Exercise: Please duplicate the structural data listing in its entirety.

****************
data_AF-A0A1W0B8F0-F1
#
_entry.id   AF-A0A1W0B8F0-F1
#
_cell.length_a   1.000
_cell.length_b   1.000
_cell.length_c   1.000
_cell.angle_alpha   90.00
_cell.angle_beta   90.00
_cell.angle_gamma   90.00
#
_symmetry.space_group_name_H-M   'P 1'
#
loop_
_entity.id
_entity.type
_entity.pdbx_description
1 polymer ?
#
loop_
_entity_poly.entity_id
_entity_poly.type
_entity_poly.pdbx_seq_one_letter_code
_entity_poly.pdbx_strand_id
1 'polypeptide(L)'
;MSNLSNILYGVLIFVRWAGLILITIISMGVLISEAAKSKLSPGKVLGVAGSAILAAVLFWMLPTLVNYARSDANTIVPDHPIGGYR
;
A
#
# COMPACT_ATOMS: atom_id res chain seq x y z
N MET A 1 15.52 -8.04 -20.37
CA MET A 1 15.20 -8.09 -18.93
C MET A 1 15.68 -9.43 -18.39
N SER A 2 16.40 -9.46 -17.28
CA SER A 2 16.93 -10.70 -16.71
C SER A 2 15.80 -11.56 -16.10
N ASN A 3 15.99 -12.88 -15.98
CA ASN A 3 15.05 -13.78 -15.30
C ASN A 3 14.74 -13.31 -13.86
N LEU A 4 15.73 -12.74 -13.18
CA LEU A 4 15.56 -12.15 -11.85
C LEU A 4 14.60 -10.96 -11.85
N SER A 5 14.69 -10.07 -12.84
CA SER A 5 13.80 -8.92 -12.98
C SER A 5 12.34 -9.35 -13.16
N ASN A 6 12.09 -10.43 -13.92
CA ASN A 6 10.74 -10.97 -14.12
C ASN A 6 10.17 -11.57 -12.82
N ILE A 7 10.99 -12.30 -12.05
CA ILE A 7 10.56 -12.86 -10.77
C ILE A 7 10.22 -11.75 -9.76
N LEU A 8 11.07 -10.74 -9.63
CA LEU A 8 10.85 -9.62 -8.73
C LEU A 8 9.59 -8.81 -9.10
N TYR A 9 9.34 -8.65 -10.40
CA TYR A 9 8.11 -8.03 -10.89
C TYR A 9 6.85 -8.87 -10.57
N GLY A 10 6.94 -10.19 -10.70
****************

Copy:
data_AF-A0A1W0B8F0-F1
#
_entry.id   AF-A0A1W0B8F0-F1
#
_cell.length_a   1.000
_cell.length_b   1.000
_cell.length_c   1.000
_cell.angle_alpha   90.00
_cell.angle_beta   90.00
_cell.angle_gamma   90.00
#
_symmetry.space_group_name_H-M   'P 1'
#
loop_
_entity.id
_entity.type
_entity.pdbx_description
1 polymer ?
#
loop_
_entity_poly.entity_id
_entity_poly.type
_entity_poly.pdbx_seq_one_letter_code
_entity_poly.pdbx_strand_id
1 'polypeptide(L)'
;MSNLSNILYGVLIFVRWAGLILITIISMGVLISEAAKSKLSPGKVLGVAGSAILAAVLFWMLPTLVNYARSDANTIVPDHPIGGYR
;
A
#
# COMPACT_ATOMS: atom_id res chain seq x y z
N MET A 1 15.52 -8.04 -20.37
CA MET A 1 15.20 -8.09 -18.93
C MET A 1 15.68 -9.43 -18.39
N SER A 2 16.40 -9.46 -17.28
CA SER A 2 16.93 -10.70 -16.71
C SER A 2 15.80 -11.56 -16.10
N ASN A 3 15.99 -12.88 -15.98
CA ASN A 3 15.05 -13.78 -15.30
C ASN A 3 14.74 -13.31 -13.86
N LEU A 4 15.73 -12.74 -13.18
CA LEU A 4 15.56 -12.15 -11.85
C LEU A 4 14.60 -10.96 -11.85
N SER A 5 14.69 -10.07 -12.84
CA SER A 5 13.80 -8.92 -12.98
C SER A 5 12.34 -9.35 -13.16
N ASN A 6 12.09 -10.43 -13.92
CA ASN A 6 10.74 -10.97 -14.12
C ASN A 6 10.17 -11.57 -12.82
N ILE A 7 10.99 -12.30 -12.05
CA ILE A 7 10.56 -12.86 -10.77
C ILE A 7 10.22 -11.75 -9.76
N LEU A 8 11.07 -10.74 -9.63
CA LEU A 8 10.85 -9.62 -8.73
C LEU A 8 9.59 -8.81 -9.10
N TYR A 9 9.34 -8.65 -10.40
CA TYR A 9 8.11 -8.03 -10.89
C TYR A 9 6.85 -8.87 -10.57
N GLY A 10 6.94 -10.19 -10.70